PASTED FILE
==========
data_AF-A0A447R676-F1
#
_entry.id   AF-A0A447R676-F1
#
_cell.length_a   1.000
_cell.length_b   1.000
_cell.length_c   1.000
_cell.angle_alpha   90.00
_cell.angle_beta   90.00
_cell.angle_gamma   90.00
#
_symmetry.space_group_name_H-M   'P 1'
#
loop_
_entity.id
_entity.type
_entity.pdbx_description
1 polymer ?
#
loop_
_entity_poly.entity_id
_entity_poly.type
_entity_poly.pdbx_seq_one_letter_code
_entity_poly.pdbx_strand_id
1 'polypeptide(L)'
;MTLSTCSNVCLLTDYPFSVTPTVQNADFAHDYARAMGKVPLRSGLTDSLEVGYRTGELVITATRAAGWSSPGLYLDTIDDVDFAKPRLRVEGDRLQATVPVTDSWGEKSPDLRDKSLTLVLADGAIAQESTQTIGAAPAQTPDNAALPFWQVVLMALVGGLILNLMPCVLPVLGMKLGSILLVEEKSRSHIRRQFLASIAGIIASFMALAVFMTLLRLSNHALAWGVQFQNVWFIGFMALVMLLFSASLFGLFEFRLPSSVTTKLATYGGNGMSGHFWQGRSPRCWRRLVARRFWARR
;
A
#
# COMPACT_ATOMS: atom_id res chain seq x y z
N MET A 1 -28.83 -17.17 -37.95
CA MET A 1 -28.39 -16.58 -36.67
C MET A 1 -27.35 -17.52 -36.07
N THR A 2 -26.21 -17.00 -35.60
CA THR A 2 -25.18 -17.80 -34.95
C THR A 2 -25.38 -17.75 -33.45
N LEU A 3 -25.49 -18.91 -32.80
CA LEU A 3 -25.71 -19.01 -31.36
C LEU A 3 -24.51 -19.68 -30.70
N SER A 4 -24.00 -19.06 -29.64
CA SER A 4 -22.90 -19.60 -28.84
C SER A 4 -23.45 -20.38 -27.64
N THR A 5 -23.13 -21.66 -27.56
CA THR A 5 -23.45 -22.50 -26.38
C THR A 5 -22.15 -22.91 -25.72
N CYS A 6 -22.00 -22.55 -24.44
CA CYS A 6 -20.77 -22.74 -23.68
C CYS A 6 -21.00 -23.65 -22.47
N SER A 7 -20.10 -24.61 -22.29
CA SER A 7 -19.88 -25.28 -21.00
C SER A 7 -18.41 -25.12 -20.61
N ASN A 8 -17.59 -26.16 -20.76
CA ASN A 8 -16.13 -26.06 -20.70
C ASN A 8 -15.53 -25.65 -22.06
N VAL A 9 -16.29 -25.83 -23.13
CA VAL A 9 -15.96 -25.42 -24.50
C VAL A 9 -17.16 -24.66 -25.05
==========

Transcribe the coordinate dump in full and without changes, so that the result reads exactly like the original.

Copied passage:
data_AF-A0A447R676-F1
#
_entry.id   AF-A0A447R676-F1
#
_cell.length_a   1.000
_cell.length_b   1.000
_cell.length_c   1.000
_cell.angle_alpha   90.00
_cell.angle_beta   90.00
_cell.angle_gamma   90.00
#
_symmetry.space_group_name_H-M   'P 1'
#
loop_
_entity.id
_entity.type
_entity.pdbx_description
1 polymer ?
#
loop_
_entity_poly.entity_id
_entity_poly.type
_entity_poly.pdbx_seq_one_letter_code
_entity_poly.pdbx_strand_id
1 'polypeptide(L)'
;MTLSTCSNVCLLTDYPFSVTPTVQNADFAHDYARAMGKVPLRSGLTDSLEVGYRTGELVITATRAAGWSSPGLYLDTIDDVDFAKPRLRVEGDRLQATVPVTDSWGEKSPDLRDKSLTLVLADGAIAQESTQTIGAAPAQTPDNAALPFWQVVLMALVGGLILNLMPCVLPVLGMKLGSILLVEEKSRSHIRRQFLASIAGIIASFMALAVFMTLLRLSNHALAWGVQFQNVWFIGFMALVMLLFSASLFGLFEFRLPSSVTTKLATYGGNGMSGHFWQGRSPRCWRRLVARRFWARR
;
A
#
# COMPACT_ATOMS: atom_id res chain seq x y z
N MET A 1 -28.83 -17.17 -37.95
CA MET A 1 -28.39 -16.58 -36.67
C MET A 1 -27.35 -17.52 -36.07
N THR A 2 -26.21 -17.00 -35.60
CA THR A 2 -25.18 -17.80 -34.95
C THR A 2 -25.38 -17.75 -33.45
N LEU A 3 -25.49 -18.91 -32.80
CA LEU A 3 -25.71 -19.01 -31.36
C LEU A 3 -24.51 -19.68 -30.70
N SER A 4 -24.00 -19.06 -29.64
CA SER A 4 -22.90 -19.60 -28.84
C SER A 4 -23.45 -20.38 -27.64
N THR A 5 -23.13 -21.66 -27.56
CA THR A 5 -23.45 -22.50 -26.38
C THR A 5 -22.15 -22.91 -25.72
N CYS A 6 -22.00 -22.55 -24.44
CA CYS A 6 -20.77 -22.74 -23.68
C CYS A 6 -21.00 -23.65 -22.47
N SER A 7 -20.10 -24.61 -22.29
CA SER A 7 -19.88 -25.28 -21.00
C SER A 7 -18.41 -25.12 -20.61
N ASN A 8 -17.59 -26.16 -20.76
CA ASN A 8 -16.13 -26.06 -20.70
C ASN A 8 -15.53 -25.65 -22.06
N VAL A 9 -16.29 -25.83 -23.13
CA VAL A 9 -15.96 -25.42 -24.50
C VAL A 9 -17.16 -24.66 -25.05